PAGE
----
June 28, 2007
Although neurons as computational elements are 7 orders of magnitude slower than their artificial counterparts, the primate brain grossly outperforms robotic algorithms in all but the most structured tasks. Parallelism alone is a poor explanation, and much recent functional modelling of the central nervous system focuses on its modular, heavily feedback-based computational architecture, the result of accumulation of subsystems throughout evolution.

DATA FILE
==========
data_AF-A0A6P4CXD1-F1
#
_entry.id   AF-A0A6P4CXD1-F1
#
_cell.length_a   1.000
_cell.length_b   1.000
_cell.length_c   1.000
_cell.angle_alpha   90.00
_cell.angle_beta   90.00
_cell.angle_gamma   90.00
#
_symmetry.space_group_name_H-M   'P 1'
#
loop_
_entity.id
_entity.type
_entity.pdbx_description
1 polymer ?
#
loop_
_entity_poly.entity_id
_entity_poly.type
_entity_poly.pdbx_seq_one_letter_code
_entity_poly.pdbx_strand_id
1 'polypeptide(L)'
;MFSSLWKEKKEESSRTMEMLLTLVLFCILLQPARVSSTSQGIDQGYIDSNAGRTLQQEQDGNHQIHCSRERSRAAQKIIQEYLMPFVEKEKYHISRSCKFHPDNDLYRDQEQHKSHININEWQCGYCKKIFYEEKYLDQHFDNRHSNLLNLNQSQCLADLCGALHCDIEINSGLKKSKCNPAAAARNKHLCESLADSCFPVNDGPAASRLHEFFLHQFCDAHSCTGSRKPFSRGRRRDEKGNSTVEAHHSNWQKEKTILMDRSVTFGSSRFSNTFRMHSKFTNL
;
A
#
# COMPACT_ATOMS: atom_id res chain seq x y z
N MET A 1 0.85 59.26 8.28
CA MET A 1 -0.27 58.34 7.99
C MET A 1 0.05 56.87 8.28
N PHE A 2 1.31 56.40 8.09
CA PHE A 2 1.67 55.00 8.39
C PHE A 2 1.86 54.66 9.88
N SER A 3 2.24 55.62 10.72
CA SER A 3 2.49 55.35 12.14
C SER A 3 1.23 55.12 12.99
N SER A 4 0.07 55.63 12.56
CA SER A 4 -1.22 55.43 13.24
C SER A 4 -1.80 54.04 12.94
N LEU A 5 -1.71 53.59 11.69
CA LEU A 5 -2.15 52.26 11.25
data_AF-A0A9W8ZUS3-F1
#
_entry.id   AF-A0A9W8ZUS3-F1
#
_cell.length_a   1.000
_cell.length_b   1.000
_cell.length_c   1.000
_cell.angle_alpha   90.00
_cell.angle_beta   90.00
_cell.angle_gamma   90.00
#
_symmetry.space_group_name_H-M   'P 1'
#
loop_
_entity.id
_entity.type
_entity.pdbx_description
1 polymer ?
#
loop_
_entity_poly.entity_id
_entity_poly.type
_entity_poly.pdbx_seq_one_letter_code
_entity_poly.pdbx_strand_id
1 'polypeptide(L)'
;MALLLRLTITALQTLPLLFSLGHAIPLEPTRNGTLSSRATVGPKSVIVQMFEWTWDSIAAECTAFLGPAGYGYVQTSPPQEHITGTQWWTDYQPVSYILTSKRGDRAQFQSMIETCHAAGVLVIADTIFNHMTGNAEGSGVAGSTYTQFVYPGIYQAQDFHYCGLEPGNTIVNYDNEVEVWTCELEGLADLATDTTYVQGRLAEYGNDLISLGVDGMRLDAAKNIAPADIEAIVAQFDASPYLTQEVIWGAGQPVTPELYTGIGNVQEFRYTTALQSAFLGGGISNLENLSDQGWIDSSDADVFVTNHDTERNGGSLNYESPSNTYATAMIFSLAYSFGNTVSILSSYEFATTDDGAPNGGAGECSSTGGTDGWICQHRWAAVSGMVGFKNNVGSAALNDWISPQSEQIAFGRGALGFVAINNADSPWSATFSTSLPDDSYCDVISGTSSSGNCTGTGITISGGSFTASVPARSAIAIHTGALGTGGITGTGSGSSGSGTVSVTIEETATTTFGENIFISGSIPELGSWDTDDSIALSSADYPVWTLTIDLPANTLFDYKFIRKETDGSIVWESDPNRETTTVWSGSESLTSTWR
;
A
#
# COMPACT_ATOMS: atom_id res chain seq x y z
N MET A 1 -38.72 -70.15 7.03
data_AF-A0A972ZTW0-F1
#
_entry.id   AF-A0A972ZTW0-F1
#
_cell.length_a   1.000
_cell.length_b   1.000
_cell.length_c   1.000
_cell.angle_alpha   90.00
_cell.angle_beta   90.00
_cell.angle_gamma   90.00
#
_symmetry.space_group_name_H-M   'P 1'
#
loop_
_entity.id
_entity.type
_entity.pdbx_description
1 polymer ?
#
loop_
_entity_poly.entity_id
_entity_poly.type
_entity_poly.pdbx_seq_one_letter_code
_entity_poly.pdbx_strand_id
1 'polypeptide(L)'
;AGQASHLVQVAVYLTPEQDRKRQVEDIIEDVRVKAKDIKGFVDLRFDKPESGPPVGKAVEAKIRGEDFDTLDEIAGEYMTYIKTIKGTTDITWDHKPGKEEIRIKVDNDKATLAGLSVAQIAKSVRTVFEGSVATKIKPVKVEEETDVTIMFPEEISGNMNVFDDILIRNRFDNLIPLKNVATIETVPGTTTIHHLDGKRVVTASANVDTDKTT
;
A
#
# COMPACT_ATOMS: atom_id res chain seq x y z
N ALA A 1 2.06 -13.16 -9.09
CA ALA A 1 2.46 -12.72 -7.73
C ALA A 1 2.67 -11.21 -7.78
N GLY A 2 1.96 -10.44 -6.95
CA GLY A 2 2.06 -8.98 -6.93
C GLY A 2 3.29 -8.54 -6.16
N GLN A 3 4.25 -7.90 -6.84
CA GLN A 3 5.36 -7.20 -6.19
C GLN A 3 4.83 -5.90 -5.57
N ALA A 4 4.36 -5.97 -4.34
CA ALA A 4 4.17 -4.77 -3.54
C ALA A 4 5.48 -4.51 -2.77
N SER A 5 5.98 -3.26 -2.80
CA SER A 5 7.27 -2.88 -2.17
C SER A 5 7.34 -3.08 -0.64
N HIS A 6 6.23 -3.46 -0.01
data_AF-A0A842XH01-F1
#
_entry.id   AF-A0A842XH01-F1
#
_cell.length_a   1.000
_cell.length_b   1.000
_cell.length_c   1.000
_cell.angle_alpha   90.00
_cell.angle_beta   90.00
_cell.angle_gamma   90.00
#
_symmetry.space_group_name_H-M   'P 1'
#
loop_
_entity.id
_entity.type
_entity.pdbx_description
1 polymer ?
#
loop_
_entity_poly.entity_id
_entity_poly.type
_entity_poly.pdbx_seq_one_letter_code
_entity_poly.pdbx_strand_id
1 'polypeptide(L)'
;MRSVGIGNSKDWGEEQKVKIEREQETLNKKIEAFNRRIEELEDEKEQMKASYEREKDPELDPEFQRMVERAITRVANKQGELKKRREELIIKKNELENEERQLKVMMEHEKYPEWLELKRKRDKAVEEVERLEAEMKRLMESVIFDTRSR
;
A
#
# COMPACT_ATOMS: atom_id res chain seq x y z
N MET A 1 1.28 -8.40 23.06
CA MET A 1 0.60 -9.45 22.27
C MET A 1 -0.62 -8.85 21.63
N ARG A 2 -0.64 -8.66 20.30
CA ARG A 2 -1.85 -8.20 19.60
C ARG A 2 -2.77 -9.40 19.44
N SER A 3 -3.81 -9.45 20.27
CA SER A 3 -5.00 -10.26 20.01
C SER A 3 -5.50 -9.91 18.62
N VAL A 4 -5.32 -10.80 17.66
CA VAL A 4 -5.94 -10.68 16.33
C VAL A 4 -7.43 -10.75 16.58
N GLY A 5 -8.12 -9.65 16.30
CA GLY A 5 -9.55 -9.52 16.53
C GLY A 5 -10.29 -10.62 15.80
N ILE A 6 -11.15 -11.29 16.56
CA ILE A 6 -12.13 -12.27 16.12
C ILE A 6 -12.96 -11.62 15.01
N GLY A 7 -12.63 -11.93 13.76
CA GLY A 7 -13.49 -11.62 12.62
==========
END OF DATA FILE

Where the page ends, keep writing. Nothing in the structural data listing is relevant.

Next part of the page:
We discuss this architecture from a global stability and convergence point of view. We then study synchronization as a model of computations at different scales in the brain, such as pattern matching, segmentation, temporal binding of sensory data, and mirror neuron response.
Finally, we derive a simple condition for a general dynamical system to globally converge to a regime where multiple groups of fully synchronized elements coexist. Applications of such “polyrhythms” to some classical questions in robotics and systems neuroscience are discussed.
The development makes extensive use of nonlinear contraction theory, a comparatively recent analysis tool whose main features will be briefly reviewed.
Jean-Jacques Slotine (MIT, USA)